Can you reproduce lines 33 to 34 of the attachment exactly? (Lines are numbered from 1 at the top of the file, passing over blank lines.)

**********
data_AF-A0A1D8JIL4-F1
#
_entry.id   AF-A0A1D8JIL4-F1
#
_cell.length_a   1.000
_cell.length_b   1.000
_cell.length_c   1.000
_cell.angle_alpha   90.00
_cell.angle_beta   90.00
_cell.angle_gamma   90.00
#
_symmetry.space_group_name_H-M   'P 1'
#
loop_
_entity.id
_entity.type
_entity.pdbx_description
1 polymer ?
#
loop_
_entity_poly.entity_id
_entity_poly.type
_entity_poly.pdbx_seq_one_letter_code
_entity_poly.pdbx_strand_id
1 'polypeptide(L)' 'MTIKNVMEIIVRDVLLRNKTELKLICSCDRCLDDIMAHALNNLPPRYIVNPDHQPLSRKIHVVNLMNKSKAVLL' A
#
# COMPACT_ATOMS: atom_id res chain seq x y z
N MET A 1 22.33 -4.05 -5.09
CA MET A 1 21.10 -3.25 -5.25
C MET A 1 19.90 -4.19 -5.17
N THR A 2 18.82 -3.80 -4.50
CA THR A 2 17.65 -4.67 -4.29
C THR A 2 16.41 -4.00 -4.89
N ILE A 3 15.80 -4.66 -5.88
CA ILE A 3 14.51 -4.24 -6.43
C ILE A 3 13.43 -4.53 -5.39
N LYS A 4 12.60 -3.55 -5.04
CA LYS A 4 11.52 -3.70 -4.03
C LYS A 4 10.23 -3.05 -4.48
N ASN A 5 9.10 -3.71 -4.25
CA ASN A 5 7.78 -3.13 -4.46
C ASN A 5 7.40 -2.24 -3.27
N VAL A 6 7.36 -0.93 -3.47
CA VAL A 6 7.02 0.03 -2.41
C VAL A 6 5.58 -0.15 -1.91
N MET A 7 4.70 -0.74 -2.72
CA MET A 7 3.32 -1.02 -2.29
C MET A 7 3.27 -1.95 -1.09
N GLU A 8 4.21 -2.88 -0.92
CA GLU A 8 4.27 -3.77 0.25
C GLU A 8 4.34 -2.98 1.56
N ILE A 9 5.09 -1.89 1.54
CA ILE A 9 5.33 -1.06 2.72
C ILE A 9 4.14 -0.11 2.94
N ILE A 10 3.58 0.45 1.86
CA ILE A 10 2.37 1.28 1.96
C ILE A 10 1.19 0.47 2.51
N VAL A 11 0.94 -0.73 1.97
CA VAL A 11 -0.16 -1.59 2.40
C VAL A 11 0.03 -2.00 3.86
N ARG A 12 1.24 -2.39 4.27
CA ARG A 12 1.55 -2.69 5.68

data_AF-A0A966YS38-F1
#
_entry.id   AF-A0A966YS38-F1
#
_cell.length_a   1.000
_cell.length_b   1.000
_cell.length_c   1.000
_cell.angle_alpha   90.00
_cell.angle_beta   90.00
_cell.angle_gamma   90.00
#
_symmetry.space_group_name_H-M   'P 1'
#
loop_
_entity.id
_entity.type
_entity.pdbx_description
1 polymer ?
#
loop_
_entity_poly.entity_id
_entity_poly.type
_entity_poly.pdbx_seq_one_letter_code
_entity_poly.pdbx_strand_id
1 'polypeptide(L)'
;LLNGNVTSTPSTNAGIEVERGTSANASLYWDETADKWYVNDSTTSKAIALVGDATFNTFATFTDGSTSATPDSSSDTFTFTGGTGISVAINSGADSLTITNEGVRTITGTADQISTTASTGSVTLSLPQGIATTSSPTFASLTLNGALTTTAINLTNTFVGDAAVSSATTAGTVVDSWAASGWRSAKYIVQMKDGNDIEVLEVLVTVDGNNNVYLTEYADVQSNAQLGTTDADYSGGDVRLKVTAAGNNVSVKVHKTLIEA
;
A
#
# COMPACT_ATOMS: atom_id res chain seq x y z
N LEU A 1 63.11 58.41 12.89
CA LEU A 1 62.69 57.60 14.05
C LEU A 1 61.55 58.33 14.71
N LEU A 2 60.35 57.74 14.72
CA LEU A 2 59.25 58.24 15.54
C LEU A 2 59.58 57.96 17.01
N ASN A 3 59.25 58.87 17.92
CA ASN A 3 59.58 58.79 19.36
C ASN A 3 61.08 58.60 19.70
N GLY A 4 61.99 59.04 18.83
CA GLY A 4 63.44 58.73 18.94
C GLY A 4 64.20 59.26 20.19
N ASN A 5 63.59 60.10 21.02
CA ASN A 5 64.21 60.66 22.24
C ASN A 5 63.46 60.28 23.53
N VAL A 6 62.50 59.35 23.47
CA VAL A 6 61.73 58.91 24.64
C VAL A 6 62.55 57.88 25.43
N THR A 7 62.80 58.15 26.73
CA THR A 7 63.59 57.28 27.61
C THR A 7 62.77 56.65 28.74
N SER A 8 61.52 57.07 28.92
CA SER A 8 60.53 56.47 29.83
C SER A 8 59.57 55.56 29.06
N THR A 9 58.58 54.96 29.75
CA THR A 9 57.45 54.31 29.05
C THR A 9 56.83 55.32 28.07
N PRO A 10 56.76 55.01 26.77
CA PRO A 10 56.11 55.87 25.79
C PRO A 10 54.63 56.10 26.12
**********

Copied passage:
C THR A 2 16.41 -4.00 -4.89
N ILE A 3 15.80 -4.66 -5.88